Press Release, October 17, 2008
Lahore: The Human Rights Commission of Pakistan (HRCP) has expressed serious concern at recent incidents of prison unrest in the country and asked the government to undertake urgent prison reform instead of depending on short-term measures.
In a statement issued on Friday, HRCP said: “The recent rioting in prisons of Hyderabad, Karachi, Multan and Timergara and the loss of life there is tragic but unfortunately not unexpected. These incidents are a result of problems left unresolved for decades.
The issue is certainly bigger than prison riots or attempted jailbreaks alone. Appalling overcrowding, rampant corruption, torture, unhygienic food, lack of health facilities and staff training, tardy judicial process, inefficient investigation and prosecution are all key issues that have not been addressed and cannot be wished away.
Numerous committees set up in the past 20 years for prison reform have danced around these issues without meaningfully tackling them. Many useful proposals advanced by them have been ignored.
Measures such as suspending jail officials, registering cases against prisoners accused of rioting, and shifting detainees to other jails to avoid recurrence skirt the real issue. Reported torture and beating of prisoners following the riots is no solution, nor is providing police more teargas shells and smoke bombs, as is being considered following the riot in the Hyderabad jail.
According to the jail surgeon, the prisoners shot dead during rioting at Karachi’s Malir District Jail by guards had all been shot in the head or chest. This is hardly the ideal method for riot control or a use of minimum force needed to quell the rioting and points to deficient training for jail staff at the very least.
The top leadership of the country is aware of the problems facing the prison system as they too have served extended jail terms. They have also suggested immediate remedial measures, which must be implemented.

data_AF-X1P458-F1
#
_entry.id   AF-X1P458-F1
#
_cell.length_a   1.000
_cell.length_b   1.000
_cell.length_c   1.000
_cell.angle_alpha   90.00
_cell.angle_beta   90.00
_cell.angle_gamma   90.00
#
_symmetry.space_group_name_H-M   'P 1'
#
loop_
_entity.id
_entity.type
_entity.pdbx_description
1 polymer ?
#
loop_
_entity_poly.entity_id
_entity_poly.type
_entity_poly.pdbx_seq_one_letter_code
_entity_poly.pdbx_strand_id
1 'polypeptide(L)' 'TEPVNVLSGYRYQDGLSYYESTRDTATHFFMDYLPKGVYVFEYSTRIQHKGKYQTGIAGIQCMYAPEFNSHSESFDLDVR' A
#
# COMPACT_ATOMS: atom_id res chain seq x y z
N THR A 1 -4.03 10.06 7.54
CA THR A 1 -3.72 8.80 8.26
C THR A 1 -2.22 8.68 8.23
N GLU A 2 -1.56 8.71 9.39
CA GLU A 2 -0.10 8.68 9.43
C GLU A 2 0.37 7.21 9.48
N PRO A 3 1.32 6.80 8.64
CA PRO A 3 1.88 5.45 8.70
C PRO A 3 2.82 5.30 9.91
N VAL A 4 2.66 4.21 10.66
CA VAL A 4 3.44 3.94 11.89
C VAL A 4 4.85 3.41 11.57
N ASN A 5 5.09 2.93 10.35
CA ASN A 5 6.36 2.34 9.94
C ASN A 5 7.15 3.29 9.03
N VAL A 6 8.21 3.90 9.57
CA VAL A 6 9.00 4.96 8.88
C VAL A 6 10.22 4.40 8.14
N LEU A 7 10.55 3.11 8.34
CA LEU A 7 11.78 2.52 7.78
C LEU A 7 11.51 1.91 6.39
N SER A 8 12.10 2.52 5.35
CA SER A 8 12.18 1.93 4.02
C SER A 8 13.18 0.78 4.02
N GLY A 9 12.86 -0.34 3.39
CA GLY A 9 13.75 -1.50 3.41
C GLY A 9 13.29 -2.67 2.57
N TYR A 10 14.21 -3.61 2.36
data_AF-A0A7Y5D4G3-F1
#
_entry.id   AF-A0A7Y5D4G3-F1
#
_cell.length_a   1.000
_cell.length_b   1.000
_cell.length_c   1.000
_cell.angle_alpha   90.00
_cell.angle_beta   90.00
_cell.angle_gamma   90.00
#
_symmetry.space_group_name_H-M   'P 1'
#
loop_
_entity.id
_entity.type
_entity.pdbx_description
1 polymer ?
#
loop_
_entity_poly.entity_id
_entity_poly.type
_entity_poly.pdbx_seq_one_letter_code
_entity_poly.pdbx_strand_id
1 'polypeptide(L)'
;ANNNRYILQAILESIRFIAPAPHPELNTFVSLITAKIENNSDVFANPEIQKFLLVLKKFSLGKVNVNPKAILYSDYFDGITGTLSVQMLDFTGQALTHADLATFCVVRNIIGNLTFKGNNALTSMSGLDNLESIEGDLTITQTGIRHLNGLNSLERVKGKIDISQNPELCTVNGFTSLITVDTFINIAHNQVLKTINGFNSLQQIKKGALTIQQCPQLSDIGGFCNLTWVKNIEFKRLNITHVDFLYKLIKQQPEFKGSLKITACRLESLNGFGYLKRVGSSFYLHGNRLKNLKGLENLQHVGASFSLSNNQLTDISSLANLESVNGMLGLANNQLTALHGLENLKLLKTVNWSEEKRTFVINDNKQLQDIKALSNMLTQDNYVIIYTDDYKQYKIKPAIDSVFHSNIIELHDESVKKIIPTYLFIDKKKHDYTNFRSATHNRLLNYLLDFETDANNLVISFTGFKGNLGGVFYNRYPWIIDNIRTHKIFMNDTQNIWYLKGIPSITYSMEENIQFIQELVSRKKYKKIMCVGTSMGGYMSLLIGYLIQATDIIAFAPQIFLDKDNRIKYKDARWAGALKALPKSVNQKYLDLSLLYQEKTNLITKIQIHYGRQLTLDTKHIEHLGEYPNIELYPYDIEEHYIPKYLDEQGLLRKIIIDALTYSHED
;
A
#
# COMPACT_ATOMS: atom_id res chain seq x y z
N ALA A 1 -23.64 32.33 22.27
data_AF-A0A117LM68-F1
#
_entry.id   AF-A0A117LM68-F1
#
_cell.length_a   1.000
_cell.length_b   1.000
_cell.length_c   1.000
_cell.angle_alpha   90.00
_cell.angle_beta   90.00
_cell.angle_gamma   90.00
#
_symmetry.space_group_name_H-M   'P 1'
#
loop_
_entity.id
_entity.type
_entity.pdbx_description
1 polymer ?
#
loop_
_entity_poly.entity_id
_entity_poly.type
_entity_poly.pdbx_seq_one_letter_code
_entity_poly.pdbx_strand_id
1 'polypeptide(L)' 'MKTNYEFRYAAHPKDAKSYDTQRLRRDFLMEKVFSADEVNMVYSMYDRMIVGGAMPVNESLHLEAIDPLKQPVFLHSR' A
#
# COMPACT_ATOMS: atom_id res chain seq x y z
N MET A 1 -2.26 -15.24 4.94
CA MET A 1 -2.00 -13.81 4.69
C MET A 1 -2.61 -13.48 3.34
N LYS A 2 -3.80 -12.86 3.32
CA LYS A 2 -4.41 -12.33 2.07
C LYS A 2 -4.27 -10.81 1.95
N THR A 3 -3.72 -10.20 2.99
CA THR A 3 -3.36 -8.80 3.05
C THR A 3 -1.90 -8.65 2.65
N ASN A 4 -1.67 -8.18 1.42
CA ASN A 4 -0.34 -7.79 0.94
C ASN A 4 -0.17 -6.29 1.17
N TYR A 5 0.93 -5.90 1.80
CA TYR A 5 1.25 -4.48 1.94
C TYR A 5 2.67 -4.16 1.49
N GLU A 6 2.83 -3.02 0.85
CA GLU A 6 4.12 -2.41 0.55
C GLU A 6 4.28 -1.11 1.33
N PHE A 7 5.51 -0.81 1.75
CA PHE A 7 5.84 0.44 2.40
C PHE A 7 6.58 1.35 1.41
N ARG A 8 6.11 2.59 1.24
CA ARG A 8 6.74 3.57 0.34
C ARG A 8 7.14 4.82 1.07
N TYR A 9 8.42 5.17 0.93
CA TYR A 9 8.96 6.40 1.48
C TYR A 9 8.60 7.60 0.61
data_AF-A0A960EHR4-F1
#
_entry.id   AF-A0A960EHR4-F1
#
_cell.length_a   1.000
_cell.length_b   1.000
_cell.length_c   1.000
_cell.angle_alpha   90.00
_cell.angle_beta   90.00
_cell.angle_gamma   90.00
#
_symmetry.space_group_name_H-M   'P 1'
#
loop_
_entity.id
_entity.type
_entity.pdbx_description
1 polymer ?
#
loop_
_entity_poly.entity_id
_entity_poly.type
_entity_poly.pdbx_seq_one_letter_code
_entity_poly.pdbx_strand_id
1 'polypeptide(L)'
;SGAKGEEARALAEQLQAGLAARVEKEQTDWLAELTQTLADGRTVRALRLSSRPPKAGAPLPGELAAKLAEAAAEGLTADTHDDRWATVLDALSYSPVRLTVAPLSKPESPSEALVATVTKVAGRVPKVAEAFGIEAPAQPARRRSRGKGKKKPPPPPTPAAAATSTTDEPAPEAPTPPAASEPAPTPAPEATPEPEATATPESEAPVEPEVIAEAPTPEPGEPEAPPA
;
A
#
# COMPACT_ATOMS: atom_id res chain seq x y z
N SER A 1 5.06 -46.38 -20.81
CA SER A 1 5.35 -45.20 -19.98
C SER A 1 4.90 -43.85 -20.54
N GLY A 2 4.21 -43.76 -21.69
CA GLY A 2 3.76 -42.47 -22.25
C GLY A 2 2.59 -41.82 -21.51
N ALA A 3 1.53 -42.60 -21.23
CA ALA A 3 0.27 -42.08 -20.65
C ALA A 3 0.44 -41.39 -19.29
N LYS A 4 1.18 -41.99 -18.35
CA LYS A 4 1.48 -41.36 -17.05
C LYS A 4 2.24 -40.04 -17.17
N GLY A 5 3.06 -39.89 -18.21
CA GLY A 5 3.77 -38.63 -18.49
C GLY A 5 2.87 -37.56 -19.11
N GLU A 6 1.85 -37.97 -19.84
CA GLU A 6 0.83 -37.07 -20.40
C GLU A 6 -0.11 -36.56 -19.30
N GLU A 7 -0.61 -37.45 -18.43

Prisoners’ rights, including their right to life and dignity, must be observed in all circumstances and their safety ensured. Punishments other than penal servitude should also be considered, especially for petty crimes, to reduce population of jails already holding prisoners many times over their capacity. Prisoners must also be allowed communication with their family and lawyers via phone, at least under supervision. The criminal justice system needs to be reviewed and an adequate number of judicial officers ensured to tackle undue delay in deciding cases. The approach toward the prison system needs to be changed — the prisoner and the jailer both need to be humanised and terms of service of jail staff improved. A change in the Code of Criminal Procedure in October 2001 took away a provision regarding mandatory bail to prisoners whose trial had not begun for two years. This was presumably done to deny the provision’s benefit to political prisoners, but has led to massive swelling in the prison population.
The government must earnestly pursue a crash programme to deal with the issues and ensure that reforming prisoners must be central to any prison reform initiative.”